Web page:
Liz Lemon, head writer of the sketch comedy show "TGS with Tracy Jordan", must deal with an arrogant new boss and a crazy new star, all while trying to run a successful television show without losing her mind.
Jack brings in several famous musical artists to perform a benefit song so his biological father can get a kidney, Tracy is afraid to speak at his high school's graduation, and Liz finds a talent in ...
Elizabeth "Liz" Lemon is the executive show runner for a late night sketch comedy show called "The Girlie Show", that stars her close friend and major drama queen Jenna Maroney. When GE hires a new executive vice president for NBC named Jack Donaghy, he decides to take Liz Lemon under his wing and turn around TGS, which for years has been unable to find the proper audience it deserves. So to do so, he brings on unhinged, wildly unpredictable star Tracy Jordan to turn the series into a ratings hit. But Liz soon finds out that controlling her odd ball writing staff, the NBC page program, keeping Tracy on a short leash, and getting him to get along with Jenna proves to be one disaster after another. Will TGS ever see true success? And will Liz find the right partner to get married and start a family?Written by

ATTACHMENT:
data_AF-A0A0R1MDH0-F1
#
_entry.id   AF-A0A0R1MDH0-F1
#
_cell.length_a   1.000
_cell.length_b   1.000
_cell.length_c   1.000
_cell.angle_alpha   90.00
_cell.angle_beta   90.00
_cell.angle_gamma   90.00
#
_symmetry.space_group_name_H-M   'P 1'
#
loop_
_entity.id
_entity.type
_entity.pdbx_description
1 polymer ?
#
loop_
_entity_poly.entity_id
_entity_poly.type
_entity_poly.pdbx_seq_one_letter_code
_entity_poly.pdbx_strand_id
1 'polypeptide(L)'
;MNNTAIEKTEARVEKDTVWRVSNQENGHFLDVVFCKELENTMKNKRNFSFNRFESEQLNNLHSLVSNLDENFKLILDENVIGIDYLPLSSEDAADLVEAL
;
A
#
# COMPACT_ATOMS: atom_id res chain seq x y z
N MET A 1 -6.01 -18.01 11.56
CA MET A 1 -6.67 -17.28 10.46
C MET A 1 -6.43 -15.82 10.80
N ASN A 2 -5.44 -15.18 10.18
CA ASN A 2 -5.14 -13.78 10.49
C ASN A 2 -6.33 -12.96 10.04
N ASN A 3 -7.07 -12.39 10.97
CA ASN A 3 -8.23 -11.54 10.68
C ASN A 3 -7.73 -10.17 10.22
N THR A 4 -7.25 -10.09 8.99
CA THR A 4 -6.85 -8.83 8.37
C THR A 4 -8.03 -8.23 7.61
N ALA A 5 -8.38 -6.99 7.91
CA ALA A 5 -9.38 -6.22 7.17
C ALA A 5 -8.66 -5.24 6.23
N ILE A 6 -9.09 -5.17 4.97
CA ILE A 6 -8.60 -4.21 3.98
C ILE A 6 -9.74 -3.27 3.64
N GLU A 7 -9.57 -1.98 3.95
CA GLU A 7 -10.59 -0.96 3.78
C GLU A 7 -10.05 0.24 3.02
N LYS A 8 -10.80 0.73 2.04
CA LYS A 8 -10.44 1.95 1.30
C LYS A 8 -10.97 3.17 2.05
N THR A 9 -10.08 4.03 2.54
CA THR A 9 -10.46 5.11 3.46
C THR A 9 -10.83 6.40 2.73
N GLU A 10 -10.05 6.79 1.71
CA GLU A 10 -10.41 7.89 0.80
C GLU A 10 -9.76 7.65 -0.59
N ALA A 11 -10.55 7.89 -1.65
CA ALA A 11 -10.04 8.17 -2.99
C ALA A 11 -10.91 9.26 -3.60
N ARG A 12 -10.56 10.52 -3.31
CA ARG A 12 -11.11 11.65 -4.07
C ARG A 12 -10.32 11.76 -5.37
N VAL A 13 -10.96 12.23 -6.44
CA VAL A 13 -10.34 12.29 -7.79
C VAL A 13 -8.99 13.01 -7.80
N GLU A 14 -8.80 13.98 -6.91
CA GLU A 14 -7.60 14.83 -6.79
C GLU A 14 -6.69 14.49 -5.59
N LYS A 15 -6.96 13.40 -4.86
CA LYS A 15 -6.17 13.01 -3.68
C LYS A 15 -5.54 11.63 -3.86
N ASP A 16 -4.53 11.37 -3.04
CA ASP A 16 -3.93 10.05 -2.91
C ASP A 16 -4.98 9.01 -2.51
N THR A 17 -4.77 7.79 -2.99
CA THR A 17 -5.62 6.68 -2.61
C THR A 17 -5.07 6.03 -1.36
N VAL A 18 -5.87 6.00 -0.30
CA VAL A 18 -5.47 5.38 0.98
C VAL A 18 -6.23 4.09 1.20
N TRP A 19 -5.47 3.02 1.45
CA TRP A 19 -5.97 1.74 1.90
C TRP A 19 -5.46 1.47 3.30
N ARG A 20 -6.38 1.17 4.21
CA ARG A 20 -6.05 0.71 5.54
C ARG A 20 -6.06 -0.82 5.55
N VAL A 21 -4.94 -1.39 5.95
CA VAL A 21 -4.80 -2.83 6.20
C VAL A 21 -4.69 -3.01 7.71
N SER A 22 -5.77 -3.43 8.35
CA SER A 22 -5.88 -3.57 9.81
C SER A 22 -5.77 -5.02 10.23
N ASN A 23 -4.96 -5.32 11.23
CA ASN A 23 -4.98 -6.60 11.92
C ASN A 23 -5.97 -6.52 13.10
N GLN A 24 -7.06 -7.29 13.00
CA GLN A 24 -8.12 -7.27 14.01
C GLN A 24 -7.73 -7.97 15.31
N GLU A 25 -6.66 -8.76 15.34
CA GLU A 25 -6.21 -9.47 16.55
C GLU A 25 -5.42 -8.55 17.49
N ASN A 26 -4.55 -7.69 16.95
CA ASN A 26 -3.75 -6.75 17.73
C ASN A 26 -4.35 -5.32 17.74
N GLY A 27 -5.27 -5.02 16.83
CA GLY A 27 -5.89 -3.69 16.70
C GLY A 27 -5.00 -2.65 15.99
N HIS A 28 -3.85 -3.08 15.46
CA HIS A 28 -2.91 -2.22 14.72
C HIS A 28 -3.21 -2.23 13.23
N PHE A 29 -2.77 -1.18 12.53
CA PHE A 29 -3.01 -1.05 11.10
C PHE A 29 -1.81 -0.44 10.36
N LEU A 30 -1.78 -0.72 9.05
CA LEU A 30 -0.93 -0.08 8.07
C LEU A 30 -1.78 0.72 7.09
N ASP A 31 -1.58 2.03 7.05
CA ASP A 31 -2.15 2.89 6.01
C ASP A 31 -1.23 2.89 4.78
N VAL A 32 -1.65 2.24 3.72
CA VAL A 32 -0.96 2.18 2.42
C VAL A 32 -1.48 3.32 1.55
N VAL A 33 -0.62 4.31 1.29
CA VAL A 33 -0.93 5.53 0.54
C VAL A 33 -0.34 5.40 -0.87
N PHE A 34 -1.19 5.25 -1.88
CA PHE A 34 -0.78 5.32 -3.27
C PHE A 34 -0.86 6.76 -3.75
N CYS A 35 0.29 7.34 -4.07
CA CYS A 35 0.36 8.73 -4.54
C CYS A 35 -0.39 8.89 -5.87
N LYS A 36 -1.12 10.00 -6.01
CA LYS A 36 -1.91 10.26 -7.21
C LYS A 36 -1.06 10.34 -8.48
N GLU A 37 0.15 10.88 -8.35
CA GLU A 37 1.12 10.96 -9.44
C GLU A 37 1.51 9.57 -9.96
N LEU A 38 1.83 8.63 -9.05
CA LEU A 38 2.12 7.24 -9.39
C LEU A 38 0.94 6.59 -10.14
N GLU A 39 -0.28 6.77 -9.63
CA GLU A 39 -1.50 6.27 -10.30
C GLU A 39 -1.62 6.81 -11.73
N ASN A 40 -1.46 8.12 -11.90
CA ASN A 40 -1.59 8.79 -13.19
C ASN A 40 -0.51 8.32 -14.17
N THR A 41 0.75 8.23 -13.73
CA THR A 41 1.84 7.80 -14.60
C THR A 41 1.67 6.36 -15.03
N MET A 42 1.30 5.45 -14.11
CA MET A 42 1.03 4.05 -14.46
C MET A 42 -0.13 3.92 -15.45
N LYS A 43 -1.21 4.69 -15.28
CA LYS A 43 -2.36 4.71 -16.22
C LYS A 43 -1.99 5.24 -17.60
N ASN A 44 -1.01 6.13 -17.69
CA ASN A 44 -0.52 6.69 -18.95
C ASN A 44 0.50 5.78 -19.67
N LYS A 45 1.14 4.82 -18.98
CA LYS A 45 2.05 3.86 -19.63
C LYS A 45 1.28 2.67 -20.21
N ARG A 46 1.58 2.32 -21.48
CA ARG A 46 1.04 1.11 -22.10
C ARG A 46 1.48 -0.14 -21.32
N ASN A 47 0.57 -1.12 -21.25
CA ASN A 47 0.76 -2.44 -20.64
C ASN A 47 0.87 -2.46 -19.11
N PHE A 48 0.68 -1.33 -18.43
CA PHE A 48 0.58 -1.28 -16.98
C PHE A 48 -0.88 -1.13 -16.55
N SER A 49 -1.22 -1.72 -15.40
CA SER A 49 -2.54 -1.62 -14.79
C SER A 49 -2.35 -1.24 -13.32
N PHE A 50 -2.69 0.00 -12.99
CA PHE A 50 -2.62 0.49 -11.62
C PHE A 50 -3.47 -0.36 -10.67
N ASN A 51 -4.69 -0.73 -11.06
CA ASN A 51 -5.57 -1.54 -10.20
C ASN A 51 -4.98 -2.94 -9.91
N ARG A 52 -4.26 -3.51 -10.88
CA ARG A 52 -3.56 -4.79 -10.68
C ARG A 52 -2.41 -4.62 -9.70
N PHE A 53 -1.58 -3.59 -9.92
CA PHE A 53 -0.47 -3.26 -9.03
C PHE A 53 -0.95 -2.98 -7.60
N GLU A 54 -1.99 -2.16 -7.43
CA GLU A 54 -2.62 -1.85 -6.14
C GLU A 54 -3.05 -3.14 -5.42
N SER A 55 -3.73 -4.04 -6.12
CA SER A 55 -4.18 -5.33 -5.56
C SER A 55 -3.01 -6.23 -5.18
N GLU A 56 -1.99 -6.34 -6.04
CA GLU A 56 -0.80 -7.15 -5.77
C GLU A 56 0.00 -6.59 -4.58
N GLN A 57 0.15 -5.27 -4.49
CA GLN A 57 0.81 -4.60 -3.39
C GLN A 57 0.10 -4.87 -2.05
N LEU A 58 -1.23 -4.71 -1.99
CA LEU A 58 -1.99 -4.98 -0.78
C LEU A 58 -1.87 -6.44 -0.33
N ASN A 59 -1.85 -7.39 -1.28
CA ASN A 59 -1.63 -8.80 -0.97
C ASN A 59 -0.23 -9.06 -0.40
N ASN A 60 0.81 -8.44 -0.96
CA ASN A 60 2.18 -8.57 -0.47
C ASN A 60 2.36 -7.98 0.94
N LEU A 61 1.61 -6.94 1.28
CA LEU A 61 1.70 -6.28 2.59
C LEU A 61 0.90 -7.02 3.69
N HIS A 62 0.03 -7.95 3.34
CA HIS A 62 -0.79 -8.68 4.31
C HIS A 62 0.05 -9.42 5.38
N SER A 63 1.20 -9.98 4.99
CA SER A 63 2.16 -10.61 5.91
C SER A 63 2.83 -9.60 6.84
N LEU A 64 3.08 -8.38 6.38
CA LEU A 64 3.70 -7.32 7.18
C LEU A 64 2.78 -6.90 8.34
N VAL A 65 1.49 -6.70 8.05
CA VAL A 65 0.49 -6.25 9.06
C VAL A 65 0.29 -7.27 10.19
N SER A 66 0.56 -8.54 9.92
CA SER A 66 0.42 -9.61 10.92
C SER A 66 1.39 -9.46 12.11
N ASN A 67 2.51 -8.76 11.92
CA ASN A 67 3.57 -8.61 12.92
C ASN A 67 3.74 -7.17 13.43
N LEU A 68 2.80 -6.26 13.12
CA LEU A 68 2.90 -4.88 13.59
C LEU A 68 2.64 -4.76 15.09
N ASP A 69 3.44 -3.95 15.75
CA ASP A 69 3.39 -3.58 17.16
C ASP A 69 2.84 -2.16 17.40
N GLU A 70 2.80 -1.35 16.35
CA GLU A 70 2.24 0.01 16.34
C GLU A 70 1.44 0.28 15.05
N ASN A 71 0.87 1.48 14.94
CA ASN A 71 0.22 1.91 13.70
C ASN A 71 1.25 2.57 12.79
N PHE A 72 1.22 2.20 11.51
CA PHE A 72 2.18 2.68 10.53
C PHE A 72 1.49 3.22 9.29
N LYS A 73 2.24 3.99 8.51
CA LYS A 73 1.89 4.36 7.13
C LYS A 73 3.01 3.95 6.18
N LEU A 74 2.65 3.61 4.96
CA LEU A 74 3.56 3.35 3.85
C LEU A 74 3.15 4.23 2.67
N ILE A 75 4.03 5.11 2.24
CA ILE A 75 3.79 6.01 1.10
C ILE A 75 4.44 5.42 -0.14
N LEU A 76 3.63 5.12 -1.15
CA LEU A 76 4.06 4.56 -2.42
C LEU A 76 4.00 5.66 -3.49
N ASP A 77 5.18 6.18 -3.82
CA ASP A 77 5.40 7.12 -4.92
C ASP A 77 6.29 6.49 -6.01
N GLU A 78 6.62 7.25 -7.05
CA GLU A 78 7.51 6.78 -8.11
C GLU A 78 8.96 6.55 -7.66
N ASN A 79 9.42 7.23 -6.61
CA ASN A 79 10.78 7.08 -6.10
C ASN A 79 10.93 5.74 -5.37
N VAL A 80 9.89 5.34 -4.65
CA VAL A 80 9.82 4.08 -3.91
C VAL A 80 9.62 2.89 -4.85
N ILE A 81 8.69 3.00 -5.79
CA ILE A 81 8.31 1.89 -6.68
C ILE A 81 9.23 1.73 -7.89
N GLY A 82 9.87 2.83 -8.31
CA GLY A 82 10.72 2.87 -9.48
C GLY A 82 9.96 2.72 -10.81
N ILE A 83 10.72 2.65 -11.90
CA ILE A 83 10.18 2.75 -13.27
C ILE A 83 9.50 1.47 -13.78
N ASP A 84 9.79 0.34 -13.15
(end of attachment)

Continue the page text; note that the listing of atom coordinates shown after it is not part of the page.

The professional and personal relationship between Liz Lemon and Jack Donaghy (who considers himself Liz's mentor) is based in part on Tina Fey's real-life friendship with Executive Producer Lorne Michaels. See more »
This show has the best writing on TV to date. I know Fey was the original creator of this show. She has reinvented comedy and especially women's place in it. Kudos Tina! You deserve all your success! I've been looking in vein on line to get the full list of staff writers for 30 rock but have yet to find the full list. They all deserve praise. The wit and repartee apparent in the writing is supreme... and the direction isn't too shabby either.
They also include a lot of parody of the genre as well as self deprecating humor. And the way they weave cross product plugs either in extreme obvious ways or so subtly the viewers don't know what hit them. This is true genius. An Emmy is not enough. OK... maybe not a Nobel Prize... but close?
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